Simple explanations & guides can make life, and decisions, easier. However, sometimes simple does not tell the whole story which can be disappointing when something, like your home’s performance or health, is important to you.
The term R-value has become commonplace as a term to measure a materials capacity to resist heat flow.
However, in respect to the performance of your home, R-value does not tell the whole story……
What does R-Value really measure?
When insulation is measured in the laboratory, the test only measures the insulation itself, and not the other components that make up the wall or roof system. Timber or steel framed homes rely on studs, at regular intervals to provide structural support. Timber, although significantly better than steel, is still not a good insulator and still forms a bridge from the outside of the home to the inside of the home where heat can pass through by conduction (thermal bridging).
As a result of this thermal bridging effect, there is increasing demand to define a whole wall R-value, a metric that tests the thermal resistance of an entire wall section as opposed to the insulation alone. The R-value significantly reduces when the thermal bridging of studs is considered and no further measures such as adding extensive thermal breaks are used.
So, what can be done?
SIPs construction can significantly reduce this effect because SIPs derive their structural properties from the skins and their laminated construction, requiring less timber support. This framing factor (ratio of studs to whole wall area) can be as little as 3% compared to on average 25% for a stud wall.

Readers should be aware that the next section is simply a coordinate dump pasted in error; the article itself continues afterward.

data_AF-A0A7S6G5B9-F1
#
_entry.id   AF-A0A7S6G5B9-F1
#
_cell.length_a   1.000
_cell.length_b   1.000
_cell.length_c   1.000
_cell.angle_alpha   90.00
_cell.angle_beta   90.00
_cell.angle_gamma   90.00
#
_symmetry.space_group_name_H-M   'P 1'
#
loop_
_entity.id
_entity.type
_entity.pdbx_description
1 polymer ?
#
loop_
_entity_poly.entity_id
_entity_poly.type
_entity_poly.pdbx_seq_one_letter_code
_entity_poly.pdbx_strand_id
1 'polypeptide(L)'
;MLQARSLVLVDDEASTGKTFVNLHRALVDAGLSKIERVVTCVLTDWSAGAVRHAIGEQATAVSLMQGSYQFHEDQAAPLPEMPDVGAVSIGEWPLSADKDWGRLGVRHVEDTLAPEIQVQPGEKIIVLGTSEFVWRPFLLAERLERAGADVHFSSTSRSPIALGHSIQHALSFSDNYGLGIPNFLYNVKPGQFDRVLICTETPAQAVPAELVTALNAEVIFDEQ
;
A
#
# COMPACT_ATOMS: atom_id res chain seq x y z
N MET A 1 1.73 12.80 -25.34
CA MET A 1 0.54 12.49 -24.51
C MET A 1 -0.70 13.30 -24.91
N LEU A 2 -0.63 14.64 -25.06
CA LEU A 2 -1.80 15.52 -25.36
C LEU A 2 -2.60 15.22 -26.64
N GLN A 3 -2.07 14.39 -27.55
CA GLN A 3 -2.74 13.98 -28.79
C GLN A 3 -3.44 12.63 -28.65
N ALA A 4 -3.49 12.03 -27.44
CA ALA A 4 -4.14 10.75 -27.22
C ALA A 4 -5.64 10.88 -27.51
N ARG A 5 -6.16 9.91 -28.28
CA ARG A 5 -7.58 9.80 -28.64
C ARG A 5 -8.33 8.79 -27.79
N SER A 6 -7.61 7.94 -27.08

In traditional framing, the incorporation of additional thermal breaks and insulation can help manage this effect.
Another issue with on-site installation of insulation is the installation itself. Insulation must be installed between studs and cut to fit around window openings and wiring. This process can leave gaps where there is no insulation at all, or the insulation can be compressed affecting the insulation properties. Quality workmanship and the right choice of insulation is therefore crucial to good performance.
In the absence of a whole wall R-value it pays to consider the energy transfers across a building envelope and how these can be managed to provide a better outcome for the thermal performance and health of your home.
An experienced design build team would certainly help 🙂